The inevitable impact of the Coronavirus on the world’s rare earths supply.

Critical materials-based supply chains may be hanging by a thread, the thread of the size of existing Chinese inventories.

The coronavirus outbreak in China has had a foreseeable but unintended consequence. Truck drivers have refused to make deliveries into areas either identified as or suspected of harboring the disease.

This has interrupted not only the flow of minerals out of the affected areas but also the refining and manufacturing of metals, food, and fuel. Among the under-reported deficiencies thereby caused the most important ones for the global rare earths production and utilization industries is the interruption in the flow of chemical reagents necessary for refining rare earths and for producing metals, alloys, and magnets.

It cannot be overemphasized that the shutdown of a supply chain on purpose is time consuming, and its re-start even more so. Supply chains are not turned on and off with the flick of a switch.

The dependence of American and European manufacturing on the just-in-time delivery of components means that their industries maintain limited or even non-existent inventories. We do not know much about Chinese inventories, but we do know that they cannot be infinitely large.

If the coronavirus outbreak continues, we will soon learn a lot about the size of Chinese inventories providing, of course, that export from China does not also shut down (It is certainly slowing down).

Rare earth enabled components for moving machinery, such as automobiles, trucks, trains, aircraft, industrial motors and generators, home appliances, and consumer goods, almost all today come from China or Japan (which of course gest its rare earth magnets, alloys, phosphors, and catalysts from China). That flow is now slowing. This will have a domino effect on American and European industry. These items cannot be re-sourced due to China’s monopoly of rare earths production and its monopsony of rare earth enabled component manufacturing.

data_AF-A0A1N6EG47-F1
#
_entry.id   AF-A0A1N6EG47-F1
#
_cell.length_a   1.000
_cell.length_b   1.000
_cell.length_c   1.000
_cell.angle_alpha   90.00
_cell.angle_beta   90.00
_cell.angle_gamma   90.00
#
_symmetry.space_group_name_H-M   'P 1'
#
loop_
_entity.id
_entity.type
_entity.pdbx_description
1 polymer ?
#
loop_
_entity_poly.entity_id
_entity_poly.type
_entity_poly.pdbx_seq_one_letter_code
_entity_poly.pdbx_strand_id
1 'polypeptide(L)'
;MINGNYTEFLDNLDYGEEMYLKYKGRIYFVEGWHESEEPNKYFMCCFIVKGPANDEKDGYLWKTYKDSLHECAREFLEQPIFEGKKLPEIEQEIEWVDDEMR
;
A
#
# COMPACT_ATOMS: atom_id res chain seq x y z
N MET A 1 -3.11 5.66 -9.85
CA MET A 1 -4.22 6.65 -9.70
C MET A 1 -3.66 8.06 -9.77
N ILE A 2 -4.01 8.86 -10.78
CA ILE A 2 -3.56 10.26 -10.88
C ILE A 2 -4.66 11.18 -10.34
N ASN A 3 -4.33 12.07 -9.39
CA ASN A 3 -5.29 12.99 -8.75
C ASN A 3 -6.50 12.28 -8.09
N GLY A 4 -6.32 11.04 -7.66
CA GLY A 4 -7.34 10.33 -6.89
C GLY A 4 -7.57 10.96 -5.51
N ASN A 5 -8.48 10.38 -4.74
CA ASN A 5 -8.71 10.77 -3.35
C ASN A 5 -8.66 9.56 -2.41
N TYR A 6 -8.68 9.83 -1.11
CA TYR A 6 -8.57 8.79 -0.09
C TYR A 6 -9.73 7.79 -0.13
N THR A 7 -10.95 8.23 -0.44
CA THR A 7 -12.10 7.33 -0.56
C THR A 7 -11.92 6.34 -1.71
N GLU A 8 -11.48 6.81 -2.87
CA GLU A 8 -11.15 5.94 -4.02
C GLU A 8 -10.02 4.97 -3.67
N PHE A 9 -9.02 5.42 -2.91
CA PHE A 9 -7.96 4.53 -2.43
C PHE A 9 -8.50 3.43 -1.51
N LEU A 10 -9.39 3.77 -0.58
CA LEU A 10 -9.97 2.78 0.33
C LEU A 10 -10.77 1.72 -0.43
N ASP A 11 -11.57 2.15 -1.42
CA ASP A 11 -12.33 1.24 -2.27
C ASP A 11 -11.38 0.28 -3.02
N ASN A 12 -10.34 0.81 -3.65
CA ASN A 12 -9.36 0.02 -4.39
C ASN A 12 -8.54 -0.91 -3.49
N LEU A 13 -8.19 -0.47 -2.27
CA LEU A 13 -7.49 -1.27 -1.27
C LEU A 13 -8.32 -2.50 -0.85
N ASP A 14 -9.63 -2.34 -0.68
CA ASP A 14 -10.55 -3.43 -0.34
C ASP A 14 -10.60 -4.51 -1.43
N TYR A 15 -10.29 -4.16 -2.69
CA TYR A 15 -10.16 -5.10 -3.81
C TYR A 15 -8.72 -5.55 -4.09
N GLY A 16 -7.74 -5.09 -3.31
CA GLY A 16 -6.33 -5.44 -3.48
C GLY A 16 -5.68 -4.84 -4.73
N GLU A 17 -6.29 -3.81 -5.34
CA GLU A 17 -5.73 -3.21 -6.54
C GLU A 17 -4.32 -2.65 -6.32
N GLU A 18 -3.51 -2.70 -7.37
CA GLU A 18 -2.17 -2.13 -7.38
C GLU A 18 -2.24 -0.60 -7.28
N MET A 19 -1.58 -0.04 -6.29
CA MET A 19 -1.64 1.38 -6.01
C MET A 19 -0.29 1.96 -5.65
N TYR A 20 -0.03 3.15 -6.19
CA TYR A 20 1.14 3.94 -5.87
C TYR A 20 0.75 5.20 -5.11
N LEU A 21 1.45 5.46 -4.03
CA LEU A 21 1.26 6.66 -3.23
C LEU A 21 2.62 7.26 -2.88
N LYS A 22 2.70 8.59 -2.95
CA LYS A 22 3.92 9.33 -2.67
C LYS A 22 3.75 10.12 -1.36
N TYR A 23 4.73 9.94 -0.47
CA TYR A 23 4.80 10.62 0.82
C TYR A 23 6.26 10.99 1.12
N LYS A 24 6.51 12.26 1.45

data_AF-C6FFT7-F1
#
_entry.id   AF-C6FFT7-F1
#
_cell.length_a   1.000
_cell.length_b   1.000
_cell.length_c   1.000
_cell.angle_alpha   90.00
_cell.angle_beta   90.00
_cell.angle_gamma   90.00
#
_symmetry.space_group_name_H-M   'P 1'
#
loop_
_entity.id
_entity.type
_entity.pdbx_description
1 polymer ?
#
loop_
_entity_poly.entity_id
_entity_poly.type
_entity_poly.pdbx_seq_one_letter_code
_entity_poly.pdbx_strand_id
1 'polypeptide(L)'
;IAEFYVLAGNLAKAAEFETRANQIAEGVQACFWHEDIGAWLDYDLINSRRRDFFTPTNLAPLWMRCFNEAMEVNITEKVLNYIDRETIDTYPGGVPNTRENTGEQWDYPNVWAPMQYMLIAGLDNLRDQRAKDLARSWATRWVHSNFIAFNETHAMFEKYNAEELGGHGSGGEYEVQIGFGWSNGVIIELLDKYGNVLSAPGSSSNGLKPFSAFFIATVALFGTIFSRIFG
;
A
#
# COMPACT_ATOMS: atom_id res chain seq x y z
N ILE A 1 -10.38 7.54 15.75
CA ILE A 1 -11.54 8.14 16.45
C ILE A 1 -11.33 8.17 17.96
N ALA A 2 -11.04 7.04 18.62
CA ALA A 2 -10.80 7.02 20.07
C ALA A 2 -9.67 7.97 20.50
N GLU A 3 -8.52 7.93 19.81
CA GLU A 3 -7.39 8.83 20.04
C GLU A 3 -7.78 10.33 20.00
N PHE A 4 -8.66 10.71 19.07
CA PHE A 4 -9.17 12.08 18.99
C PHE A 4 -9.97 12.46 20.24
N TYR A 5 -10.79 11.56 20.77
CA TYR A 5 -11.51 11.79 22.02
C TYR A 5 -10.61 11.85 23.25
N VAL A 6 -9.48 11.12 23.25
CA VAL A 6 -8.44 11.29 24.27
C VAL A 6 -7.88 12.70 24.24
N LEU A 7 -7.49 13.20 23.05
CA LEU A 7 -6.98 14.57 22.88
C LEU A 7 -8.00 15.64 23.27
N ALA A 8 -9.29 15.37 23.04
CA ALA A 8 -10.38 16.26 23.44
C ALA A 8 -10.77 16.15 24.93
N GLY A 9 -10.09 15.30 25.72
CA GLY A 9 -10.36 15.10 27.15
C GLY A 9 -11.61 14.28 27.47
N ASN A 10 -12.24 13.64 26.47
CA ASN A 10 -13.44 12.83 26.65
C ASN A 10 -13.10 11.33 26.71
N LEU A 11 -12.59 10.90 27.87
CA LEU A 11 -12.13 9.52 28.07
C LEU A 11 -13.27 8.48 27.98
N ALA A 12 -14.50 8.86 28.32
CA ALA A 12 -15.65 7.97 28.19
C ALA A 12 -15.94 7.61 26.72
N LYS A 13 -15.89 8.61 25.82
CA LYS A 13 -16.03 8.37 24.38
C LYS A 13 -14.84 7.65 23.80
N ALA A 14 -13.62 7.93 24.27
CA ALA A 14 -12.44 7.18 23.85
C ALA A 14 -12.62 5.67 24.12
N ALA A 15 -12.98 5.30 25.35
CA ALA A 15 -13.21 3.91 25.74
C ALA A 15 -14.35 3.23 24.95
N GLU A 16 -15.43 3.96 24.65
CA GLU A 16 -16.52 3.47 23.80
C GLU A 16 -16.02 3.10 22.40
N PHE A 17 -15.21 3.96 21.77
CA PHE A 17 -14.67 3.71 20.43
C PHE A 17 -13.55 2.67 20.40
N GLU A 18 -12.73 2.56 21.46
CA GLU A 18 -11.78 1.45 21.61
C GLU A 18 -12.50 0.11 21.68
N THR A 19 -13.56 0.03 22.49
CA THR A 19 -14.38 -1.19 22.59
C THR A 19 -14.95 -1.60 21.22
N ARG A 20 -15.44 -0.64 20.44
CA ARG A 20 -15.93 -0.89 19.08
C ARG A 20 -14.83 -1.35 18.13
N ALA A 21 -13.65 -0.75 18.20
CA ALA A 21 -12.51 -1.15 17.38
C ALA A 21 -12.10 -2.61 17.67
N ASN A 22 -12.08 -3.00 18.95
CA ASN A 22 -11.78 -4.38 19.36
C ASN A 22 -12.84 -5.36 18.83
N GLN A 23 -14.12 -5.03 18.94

We were told that even if the Chinese stopped the flow of rare earth enabled products to the USA in retaliation for tariffs it wouldn’t matter. I said at the time that it would indeed matter.

Now we may have to face the consequences of such an interruption even if our countries have an amiable (or, better said, convenient) trade relationship.

There is an urgency now for the creation of a total domestic rare earth end-use products supply chain in the USA, Europe, and non-Chinese Asia.

The anchor of any such supply chain is a working mine-in this case many more than one, since we need both light and heavy rare earths, which are not usually found together in accessible, developable deposits.

The US Army’s choice of vendors for its rare earths production solicitation is now more important than ever — the best projects must now be prioritized for development.

A domestic North American rare earth industry is now more important than ever.